Leftist party tipped to win Finland elections

If this happens, the country will have its first left-wing leader in 20 years

Social Democrats' leader Antti Rinne.

Finland may usher in its first leftist prime minister in two decades in the parliamentary elections today, as voters worry over the future of the country's generous welfare system and the costs of caring for a rapidly ageing population, polls ahead of the vote show. Such success of the Finland's Social Democrats would mark a departure not only for the country but also elsewhere in the region, where leftist parties have struggled in recent years, yielding some of their hold on the working class vote as anti-immigration nationalists of various stripes emerge.

Leftists' ability to govern may be hampered, however, by a surge in support for the Finns Party, a nationalist group riding a wave of anti-immigrant sentiment sweeping the Nordics. According to the survey commissioned by public broadcaster Yle the Social Democrats could win the top spot with 19% of the vote, giving their leader, Antti Rinne, the first shot at forming a government. But the Finns are running close second with 16.3% support, after scoring rapid gains since the start of this year when a series of cases of sexual abuse of minors by foreign men emerged.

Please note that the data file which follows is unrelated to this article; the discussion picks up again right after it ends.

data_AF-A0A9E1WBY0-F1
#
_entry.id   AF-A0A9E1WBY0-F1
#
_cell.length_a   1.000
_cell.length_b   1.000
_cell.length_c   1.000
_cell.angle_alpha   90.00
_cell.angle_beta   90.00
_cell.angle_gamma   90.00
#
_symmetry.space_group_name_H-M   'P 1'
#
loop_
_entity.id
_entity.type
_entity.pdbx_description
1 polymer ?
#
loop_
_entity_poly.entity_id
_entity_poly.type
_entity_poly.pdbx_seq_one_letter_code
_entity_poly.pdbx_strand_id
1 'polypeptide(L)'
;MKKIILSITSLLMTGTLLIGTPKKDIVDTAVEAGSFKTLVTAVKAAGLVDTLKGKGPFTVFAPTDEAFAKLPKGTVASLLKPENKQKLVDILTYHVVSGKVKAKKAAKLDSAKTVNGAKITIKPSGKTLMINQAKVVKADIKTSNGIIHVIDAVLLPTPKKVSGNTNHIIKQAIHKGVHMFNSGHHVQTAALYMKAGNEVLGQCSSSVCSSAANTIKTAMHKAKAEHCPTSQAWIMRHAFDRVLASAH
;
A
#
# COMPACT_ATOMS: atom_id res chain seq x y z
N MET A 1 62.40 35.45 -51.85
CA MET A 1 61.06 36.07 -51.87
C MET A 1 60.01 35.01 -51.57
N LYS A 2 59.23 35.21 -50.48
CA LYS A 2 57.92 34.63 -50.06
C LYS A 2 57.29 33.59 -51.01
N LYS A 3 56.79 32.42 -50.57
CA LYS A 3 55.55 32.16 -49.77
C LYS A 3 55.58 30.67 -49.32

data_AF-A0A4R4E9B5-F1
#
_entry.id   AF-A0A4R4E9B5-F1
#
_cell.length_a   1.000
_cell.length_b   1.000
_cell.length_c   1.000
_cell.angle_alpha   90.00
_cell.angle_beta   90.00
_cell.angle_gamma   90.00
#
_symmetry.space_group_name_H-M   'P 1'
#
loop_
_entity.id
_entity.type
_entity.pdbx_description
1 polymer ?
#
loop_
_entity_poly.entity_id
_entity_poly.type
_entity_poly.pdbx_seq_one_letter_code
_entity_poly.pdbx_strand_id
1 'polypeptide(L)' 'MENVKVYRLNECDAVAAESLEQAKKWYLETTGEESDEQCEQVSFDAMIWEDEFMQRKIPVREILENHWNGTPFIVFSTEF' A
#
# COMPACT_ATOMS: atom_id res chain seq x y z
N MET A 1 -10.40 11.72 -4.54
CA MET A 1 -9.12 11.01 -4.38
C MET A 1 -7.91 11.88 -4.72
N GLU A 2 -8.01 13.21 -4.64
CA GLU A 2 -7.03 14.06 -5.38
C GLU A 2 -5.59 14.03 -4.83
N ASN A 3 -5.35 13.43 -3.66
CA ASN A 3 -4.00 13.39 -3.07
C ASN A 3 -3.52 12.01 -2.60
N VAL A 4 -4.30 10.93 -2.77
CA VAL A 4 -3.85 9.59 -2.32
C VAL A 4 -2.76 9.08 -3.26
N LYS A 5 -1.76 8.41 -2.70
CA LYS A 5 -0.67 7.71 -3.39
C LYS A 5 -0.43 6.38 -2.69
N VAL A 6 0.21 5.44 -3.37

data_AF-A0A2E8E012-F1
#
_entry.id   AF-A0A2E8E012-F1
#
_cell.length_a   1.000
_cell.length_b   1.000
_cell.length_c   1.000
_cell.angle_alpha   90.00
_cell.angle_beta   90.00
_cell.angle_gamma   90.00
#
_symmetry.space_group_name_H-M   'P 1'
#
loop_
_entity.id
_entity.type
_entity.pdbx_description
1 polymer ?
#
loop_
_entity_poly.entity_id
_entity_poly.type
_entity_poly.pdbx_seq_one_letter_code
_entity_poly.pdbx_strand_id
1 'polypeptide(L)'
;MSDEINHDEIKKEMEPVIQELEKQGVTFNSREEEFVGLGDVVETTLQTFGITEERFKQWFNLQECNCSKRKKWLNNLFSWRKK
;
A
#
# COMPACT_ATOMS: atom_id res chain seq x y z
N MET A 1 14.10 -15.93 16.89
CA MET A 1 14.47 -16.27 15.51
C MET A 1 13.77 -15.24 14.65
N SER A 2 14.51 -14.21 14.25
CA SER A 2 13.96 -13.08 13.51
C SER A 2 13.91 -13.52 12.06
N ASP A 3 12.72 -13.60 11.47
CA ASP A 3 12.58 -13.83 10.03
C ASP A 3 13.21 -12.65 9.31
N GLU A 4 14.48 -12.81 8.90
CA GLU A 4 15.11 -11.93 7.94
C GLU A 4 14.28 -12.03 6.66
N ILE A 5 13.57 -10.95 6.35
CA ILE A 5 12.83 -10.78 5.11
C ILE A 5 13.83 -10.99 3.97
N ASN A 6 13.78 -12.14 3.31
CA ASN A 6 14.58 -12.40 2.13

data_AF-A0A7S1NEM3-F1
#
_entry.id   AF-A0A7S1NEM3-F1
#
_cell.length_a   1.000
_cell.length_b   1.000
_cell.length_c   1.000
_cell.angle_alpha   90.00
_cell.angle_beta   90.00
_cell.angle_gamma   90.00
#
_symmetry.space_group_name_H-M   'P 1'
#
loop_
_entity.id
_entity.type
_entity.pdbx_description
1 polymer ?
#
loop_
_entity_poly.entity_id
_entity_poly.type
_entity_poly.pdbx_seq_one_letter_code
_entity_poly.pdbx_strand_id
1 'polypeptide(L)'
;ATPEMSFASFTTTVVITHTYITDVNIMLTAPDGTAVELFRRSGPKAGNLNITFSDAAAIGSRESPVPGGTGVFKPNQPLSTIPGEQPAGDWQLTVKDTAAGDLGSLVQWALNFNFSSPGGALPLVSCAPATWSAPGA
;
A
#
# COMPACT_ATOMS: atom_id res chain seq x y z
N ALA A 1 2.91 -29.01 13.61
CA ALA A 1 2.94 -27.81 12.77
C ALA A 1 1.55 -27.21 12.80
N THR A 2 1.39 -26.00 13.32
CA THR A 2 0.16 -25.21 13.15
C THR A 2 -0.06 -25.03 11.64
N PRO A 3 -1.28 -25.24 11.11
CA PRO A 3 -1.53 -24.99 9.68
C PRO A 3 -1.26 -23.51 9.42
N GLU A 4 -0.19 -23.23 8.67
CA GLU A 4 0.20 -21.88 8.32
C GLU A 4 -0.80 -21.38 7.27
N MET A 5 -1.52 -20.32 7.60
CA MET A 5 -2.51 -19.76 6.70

Such strong result for the Finns Party is expected to bolster a nationalist bloc threatening to shake up EU policy-making.  Thus, with the EU Parliament election less than two months away, the Finnish ballot is being closely watched in Brussels.

The parliamentary elections in the country follow Prime Minister Juha Sipila's government resignation last month over its failure to achieve a key policy goal on social welfare and healthcare reform. Concerned about Finland's expensive welfare system in the face of an ageing population, Sipila and his Centre Party made tackling the nation's debt one of his government's main aims, introducing planning reforms he hoped would save up to €3bn over a decade. But while the introduction of austerity measures - such as benefits cuts and pension freezes - resulted in Finland reducing its government debt for the first time in a decade last year, the reforms proved politically controversial. Meanwhile, the Social Democratic Party, a centre-left party with strong links to Finland's trade unions, saw its popularity grow. Especially since the party's leader, Antti Rinne described Sipila's policies as unfair, and said taxes needed to be raised to combat inequality.

"We need to spread our tax base and we need to strengthen it," Rinne recently told Reuters news agency, adding that the move would mark a "big policy change" for Finland.

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